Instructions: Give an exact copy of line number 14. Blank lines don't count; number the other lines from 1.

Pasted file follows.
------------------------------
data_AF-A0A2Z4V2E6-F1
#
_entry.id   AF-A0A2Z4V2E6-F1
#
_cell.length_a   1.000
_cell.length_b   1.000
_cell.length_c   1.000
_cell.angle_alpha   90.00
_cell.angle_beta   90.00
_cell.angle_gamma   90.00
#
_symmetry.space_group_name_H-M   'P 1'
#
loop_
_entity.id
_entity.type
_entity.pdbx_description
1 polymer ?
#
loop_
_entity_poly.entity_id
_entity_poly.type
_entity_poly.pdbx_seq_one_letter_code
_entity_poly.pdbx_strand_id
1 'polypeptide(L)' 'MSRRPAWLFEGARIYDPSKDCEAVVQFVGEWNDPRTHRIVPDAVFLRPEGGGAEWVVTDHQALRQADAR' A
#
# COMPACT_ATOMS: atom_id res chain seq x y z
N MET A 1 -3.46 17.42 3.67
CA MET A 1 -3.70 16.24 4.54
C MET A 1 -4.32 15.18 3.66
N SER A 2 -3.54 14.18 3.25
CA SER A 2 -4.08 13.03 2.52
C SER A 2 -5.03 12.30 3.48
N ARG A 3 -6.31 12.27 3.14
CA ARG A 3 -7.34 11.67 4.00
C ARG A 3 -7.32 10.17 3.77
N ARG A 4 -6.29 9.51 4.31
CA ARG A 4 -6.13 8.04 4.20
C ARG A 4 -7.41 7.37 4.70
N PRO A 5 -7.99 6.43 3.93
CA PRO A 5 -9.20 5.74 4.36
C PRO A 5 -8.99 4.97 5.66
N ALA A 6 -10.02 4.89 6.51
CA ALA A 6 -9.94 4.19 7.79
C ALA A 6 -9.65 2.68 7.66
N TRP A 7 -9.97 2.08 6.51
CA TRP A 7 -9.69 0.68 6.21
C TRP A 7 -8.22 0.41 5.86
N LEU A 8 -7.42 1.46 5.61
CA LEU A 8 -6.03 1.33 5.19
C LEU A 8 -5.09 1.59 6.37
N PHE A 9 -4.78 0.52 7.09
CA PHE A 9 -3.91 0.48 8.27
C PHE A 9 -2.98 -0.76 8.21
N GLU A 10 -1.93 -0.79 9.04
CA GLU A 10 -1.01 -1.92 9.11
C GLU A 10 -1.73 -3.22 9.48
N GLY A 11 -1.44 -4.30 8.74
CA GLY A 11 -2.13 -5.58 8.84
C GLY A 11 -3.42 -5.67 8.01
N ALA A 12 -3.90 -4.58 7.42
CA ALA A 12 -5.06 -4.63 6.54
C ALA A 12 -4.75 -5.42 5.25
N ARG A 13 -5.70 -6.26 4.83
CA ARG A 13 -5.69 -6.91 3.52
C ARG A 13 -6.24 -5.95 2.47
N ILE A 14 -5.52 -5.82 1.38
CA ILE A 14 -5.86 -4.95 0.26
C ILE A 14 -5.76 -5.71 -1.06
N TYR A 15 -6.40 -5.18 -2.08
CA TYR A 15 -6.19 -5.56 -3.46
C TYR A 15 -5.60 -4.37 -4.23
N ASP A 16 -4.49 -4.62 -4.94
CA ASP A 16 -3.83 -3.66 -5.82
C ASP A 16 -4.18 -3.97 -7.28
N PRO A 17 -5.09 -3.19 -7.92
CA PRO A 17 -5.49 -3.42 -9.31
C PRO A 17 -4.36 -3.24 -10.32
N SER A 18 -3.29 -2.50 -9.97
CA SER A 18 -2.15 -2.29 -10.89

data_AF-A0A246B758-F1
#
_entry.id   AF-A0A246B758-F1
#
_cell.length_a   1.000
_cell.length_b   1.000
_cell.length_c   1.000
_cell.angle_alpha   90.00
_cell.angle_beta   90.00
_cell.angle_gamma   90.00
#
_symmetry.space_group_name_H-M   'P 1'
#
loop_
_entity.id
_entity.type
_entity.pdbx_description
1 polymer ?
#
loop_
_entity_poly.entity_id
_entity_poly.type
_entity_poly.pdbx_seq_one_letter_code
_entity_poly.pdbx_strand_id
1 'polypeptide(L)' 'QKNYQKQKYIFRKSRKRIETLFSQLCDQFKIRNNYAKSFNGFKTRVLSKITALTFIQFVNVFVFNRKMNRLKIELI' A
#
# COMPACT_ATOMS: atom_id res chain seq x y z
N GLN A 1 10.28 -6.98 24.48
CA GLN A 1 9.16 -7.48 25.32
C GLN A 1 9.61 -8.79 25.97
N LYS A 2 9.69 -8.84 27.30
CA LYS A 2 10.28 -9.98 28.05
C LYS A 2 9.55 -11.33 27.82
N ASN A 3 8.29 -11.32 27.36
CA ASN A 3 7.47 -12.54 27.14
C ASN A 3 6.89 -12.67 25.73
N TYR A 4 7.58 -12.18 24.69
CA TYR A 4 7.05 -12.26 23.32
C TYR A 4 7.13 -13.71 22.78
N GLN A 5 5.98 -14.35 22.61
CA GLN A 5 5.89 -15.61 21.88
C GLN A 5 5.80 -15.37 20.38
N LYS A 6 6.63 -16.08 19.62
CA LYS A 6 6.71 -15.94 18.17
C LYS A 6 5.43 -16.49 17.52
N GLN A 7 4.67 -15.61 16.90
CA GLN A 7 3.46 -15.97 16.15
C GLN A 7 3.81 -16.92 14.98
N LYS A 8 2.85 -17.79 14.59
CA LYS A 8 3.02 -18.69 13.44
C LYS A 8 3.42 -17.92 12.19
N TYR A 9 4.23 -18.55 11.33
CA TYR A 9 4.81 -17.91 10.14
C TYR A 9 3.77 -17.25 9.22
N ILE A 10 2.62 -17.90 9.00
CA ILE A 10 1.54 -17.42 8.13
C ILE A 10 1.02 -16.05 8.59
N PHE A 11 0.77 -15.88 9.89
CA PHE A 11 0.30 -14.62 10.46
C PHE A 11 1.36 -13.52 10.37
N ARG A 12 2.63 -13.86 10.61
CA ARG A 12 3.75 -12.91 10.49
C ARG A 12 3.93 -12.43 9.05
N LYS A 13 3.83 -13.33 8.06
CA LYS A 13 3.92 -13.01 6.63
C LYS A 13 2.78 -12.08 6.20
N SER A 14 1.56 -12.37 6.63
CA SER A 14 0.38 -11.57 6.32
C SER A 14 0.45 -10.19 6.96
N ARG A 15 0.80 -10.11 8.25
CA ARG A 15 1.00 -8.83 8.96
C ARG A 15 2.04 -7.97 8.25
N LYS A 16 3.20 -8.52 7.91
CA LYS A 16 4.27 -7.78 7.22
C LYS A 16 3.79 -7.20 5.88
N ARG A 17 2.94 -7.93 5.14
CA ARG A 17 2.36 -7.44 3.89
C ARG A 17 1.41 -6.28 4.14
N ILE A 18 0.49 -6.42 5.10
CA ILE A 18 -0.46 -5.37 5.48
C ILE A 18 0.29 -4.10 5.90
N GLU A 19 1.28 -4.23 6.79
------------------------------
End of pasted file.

loop_